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Religious Freedom: We’re All Equal, But Some Are More Equal Than Others

protest speechI took my first foray into the legislative process this January, testifying at a committee hearing of the Colorado House in support of a bill that would have prohibited universities from denying benefits to any religious student group based on “the religious student group’s requirement that its leaders adhere to the group’s sincerely held religious beliefs or standards of conduct.” That’s it. The bill didn’t apply to visitors to the groups, or even regular members.

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School Boards Need Constitutional Speech Policies for Students

Sometimes when school boards worry about endorsing religion, they go too far the other way. This seems to have happened when fourth-grade J.G. was not allowed to hand out his Easter Egg Hunt invitations. A Florida federal court granted a preliminary injunction in favor of his student speech in Gilio v. School Board of Hillsborough County on October 5, 2012. It reasoned that J.G. was likely to win his arguments that the school had violated his constitutional rights.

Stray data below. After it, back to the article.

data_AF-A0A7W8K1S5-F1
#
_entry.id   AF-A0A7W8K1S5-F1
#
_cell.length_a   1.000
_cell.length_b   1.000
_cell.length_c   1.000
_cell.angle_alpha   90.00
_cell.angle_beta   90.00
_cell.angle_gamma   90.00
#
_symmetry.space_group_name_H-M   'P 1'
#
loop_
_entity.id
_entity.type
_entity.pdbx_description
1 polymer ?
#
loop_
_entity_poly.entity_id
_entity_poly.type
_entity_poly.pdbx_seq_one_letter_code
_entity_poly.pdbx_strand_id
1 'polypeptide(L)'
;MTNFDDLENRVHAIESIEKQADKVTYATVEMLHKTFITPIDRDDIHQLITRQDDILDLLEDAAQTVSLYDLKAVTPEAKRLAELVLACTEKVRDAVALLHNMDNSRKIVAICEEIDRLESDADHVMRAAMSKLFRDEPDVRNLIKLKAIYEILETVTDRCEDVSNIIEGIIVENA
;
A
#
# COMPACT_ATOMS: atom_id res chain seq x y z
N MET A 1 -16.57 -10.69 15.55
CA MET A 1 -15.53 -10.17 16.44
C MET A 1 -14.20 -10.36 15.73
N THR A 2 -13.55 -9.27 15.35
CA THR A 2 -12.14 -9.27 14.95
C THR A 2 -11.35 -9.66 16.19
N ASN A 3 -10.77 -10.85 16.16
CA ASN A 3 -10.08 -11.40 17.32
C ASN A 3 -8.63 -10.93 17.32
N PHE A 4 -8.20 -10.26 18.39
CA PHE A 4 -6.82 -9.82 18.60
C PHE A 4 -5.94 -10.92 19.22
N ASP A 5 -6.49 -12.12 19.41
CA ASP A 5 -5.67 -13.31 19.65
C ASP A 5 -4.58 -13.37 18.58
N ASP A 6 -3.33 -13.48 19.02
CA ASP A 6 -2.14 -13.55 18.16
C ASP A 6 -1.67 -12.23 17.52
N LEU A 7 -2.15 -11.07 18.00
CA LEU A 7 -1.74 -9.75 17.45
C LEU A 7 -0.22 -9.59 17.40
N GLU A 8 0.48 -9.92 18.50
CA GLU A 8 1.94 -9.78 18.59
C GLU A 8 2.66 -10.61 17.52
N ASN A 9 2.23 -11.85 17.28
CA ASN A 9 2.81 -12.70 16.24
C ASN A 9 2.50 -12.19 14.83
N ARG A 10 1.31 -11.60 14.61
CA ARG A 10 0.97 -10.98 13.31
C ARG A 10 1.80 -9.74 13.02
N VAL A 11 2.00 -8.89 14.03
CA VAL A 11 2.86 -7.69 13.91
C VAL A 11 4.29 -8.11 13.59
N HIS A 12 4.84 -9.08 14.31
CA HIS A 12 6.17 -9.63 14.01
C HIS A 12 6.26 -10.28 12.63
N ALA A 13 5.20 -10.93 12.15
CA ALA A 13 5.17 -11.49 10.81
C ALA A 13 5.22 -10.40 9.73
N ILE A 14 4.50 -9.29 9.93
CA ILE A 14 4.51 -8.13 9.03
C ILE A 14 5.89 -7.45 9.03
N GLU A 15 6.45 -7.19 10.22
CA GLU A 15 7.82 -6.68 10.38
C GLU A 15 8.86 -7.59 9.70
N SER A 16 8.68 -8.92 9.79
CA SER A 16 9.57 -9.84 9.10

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Good News in the Schoolhouse

 On August 29, 2012, the Eighth Circuit decided in favor of Child Evangelism Fellowship in Child Evangelism Fellowship v. Minneapolis Special Sch. Dist. No. 1.  It reversed the denial of CEF’s preliminary injunction where it had tried to stop a school district in Minnesota from limiting school facility access for a Good News Club.

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Forbidding or Allowing Student Religious Speech

One challenge in figuring out what religious speech is permitted for students is that it depends on whether the school is trying to prevent the speech or allow it. A January 2013 Second Circuit case, A.M. v. Taconic Hills Central School District, gives some insight, though it is a summary order that is not precedential.

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Expression of Religion in Public Schools

Religious Liberty in Public SchoolsThis article discusses the intersection of religious expression and public schools. It focuses on the Equal Access Act, student speech, school personnel speech, access forcommunity viewpoints, and released time.

Confusion is widespread as to what may be taught, expressed, or otherwise introduced onto the premises of the nation’s public schools. “Nowhere has the proper line of demarcation [in the appropriate amount of separation between church and state] been more difficult to define than in our nation’s public schools.”1As the Tenth Circuit has said:

So long as the state engages in the widespread business of molding the belief structure of children, the often recited metaphor of a “wall of separation” between the church and the state is unavoidably illusory.2... Read More →

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